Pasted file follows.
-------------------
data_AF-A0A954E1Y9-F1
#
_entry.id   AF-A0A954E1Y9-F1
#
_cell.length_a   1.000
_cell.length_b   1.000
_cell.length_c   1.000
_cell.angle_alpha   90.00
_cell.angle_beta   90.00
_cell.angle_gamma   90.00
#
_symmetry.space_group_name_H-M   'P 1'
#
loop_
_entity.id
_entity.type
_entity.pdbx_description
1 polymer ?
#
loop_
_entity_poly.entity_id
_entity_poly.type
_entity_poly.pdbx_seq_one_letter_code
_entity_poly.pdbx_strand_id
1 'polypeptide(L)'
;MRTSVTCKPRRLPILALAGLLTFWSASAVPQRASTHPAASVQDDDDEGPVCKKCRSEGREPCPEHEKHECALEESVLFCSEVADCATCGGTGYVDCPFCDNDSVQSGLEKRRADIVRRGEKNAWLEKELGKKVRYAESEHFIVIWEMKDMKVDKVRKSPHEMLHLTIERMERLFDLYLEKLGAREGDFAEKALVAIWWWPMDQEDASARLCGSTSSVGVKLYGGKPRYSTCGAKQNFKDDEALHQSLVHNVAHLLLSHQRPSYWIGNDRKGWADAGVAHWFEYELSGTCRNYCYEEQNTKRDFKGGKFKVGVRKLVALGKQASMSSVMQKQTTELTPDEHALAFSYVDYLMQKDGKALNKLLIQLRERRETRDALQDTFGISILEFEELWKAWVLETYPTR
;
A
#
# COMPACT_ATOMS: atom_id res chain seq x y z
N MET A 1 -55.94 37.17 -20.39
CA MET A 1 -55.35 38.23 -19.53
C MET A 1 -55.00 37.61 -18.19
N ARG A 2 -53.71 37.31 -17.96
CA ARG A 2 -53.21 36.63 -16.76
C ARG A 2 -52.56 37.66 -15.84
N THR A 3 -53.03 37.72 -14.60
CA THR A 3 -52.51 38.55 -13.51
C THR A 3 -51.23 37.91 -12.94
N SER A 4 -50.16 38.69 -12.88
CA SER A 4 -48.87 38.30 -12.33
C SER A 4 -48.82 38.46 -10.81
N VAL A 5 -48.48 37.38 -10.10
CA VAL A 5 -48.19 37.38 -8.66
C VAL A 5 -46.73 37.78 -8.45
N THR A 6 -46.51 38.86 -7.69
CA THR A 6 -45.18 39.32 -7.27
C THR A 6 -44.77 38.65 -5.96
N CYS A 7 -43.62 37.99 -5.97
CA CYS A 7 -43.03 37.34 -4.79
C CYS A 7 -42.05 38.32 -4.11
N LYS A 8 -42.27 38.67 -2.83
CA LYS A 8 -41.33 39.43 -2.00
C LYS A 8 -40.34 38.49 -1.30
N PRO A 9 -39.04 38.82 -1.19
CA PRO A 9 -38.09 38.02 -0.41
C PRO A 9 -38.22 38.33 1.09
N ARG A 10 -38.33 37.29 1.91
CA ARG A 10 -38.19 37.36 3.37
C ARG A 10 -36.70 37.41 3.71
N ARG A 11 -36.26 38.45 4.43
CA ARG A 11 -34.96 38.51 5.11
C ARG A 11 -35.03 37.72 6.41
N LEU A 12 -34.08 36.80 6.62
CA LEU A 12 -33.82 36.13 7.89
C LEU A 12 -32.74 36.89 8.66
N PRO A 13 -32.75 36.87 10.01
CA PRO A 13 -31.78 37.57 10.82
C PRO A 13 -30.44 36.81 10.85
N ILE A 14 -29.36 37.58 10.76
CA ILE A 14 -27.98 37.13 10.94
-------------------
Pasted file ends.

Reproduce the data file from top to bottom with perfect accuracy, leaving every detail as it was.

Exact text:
data_AF-A0A954E1Y9-F1
#
_entry.id   AF-A0A954E1Y9-F1
#
_cell.length_a   1.000
_cell.length_b   1.000
_cell.length_c   1.000
_cell.angle_alpha   90.00
_cell.angle_beta   90.00
_cell.angle_gamma   90.00
#
_symmetry.space_group_name_H-M   'P 1'
#
loop_
_entity.id
_entity.type
_entity.pdbx_description
1 polymer ?
#
loop_
_entity_poly.entity_id
_entity_poly.type
_entity_poly.pdbx_seq_one_letter_code
_entity_poly.pdbx_strand_id
1 'polypeptide(L)'
;MRTSVTCKPRRLPILALAGLLTFWSASAVPQRASTHPAASVQDDDDEGPVCKKCRSEGREPCPEHEKHECALEESVLFCSEVADCATCGGTGYVDCPFCDNDSVQSGLEKRRADIVRRGEKNAWLEKELGKKVRYAESEHFIVIWEMKDMKVDKVRKSPHEMLHLTIERMERLFDLYLEKLGAREGDFAEKALVAIWWWPMDQEDASARLCGSTSSVGVKLYGGKPRYSTCGAKQNFKDDEALHQSLVHNVAHLLLSHQRPSYWIGNDRKGWADAGVAHWFEYELSGTCRNYCYEEQNTKRDFKGGKFKVGVRKLVALGKQASMSSVMQKQTTELTPDEHALAFSYVDYLMQKDGKALNKLLIQLRERRETRDALQDTFGISILEFEELWKAWVLETYPTR
;
A
#
# COMPACT_ATOMS: atom_id res chain seq x y z
N MET A 1 -55.94 37.17 -20.39
CA MET A 1 -55.35 38.23 -19.53
C MET A 1 -55.00 37.61 -18.19
N ARG A 2 -53.71 37.31 -17.96
CA ARG A 2 -53.21 36.63 -16.76
C ARG A 2 -52.56 37.66 -15.84
N THR A 3 -53.03 37.72 -14.60
CA THR A 3 -52.51 38.55 -13.51
C THR A 3 -51.23 37.91 -12.94
N SER A 4 -50.16 38.69 -12.88
CA SER A 4 -48.87 38.30 -12.33
C SER A 4 -48.82 38.46 -10.81
N VAL A 5 -48.48 37.38 -10.10
CA VAL A 5 -48.19 37.38 -8.66
C VAL A 5 -46.73 37.78 -8.45
N THR A 6 -46.51 38.86 -7.69
CA THR A 6 -45.18 39.32 -7.27
C THR A 6 -44.77 38.65 -5.96
N CYS A 7 -43.62 37.99 -5.97
CA CYS A 7 -43.03 37.34 -4.79
C CYS A 7 -42.05 38.32 -4.11
N LYS A 8 -42.27 38.67 -2.83
CA LYS A 8 -41.33 39.43 -2.00
C LYS A 8 -40.34 38.49 -1.30
N PRO A 9 -39.04 38.82 -1.19
CA PRO A 9 -38.09 38.02 -0.41
C PRO A 9 -38.22 38.33 1.09
N ARG A 10 -38.33 37.29 1.91
CA ARG A 10 -38.19 37.36 3.37
C ARG A 10 -36.70 37.41 3.71
N ARG A 11 -36.26 38.45 4.43
CA ARG A 11 -34.96 38.51 5.11
C ARG A 11 -35.03 37.72 6.41
N LEU A 12 -34.08 36.80 6.62
CA LEU A 12 -33.82 36.13 7.89
C LEU A 12 -32.74 36.89 8.66
N PRO A 13 -32.75 36.87 10.01
CA PRO A 13 -31.78 37.57 10.82
C PRO A 13 -30.44 36.81 10.85
N ILE A 14 -29.36 37.58 10.76
CA ILE A 14 -27.98 37.13 10.94